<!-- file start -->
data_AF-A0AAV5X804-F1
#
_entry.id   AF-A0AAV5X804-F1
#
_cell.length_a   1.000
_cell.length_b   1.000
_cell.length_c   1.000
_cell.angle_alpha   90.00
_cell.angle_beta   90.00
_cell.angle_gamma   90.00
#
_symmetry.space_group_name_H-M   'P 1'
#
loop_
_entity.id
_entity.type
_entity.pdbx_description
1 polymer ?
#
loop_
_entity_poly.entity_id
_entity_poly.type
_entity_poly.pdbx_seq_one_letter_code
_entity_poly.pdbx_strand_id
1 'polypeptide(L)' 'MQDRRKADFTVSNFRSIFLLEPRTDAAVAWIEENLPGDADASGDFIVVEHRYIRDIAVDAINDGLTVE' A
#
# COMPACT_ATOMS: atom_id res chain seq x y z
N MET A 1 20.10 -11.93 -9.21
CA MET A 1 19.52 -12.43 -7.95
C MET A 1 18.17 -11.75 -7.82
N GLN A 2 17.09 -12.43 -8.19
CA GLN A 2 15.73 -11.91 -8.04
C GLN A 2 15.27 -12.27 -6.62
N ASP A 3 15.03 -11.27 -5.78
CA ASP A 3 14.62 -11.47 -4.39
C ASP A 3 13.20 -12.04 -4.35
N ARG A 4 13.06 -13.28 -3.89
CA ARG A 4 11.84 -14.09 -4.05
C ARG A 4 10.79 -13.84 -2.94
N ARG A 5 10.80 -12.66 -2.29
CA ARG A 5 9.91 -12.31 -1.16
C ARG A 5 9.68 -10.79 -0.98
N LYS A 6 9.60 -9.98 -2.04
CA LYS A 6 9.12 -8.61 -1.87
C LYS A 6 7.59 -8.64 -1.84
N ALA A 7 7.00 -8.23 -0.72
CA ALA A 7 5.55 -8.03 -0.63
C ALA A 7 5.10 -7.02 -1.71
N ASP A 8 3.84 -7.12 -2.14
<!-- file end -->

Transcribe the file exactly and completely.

data_AF-A0AAV5X804-F1
#
_entry.id   AF-A0AAV5X804-F1
#
_cell.length_a   1.000
_cell.length_b   1.000
_cell.length_c   1.000
_cell.angle_alpha   90.00
_cell.angle_beta   90.00
_cell.angle_gamma   90.00
#
_symmetry.space_group_name_H-M   'P 1'
#
loop_
_entity.id
_entity.type
_entity.pdbx_description
1 polymer ?
#
loop_
_entity_poly.entity_id
_entity_poly.type
_entity_poly.pdbx_seq_one_letter_code
_entity_poly.pdbx_strand_id
1 'polypeptide(L)' 'MQDRRKADFTVSNFRSIFLLEPRTDAAVAWIEENLPGDADASGDFIVVEHRYIRDIAVDAINDGLTVE' A
#
# COMPACT_ATOMS: atom_id res chain seq x y z
N MET A 1 20.10 -11.93 -9.21
CA MET A 1 19.52 -12.43 -7.95
C MET A 1 18.17 -11.75 -7.82
N GLN A 2 17.09 -12.43 -8.19
CA GLN A 2 15.73 -11.91 -8.04
C GLN A 2 15.27 -12.27 -6.62
N ASP A 3 15.03 -11.27 -5.78
CA ASP A 3 14.62 -11.47 -4.39
C ASP A 3 13.20 -12.04 -4.35
N ARG A 4 13.06 -13.28 -3.89
CA ARG A 4 11.84 -14.09 -4.05
C ARG A 4 10.79 -13.84 -2.94
N ARG A 5 10.80 -12.66 -2.29
CA ARG A 5 9.91 -12.31 -1.16
C ARG A 5 9.68 -10.79 -0.98
N LYS A 6 9.60 -9.98 -2.04
CA LYS A 6 9.12 -8.61 -1.87
C LYS A 6 7.59 -8.64 -1.84
N ALA A 7 7.00 -8.23 -0.72
CA ALA A 7 5.55 -8.03 -0.63
C ALA A 7 5.10 -7.02 -1.71
N ASP A 8 3.84 -7.12 -2.14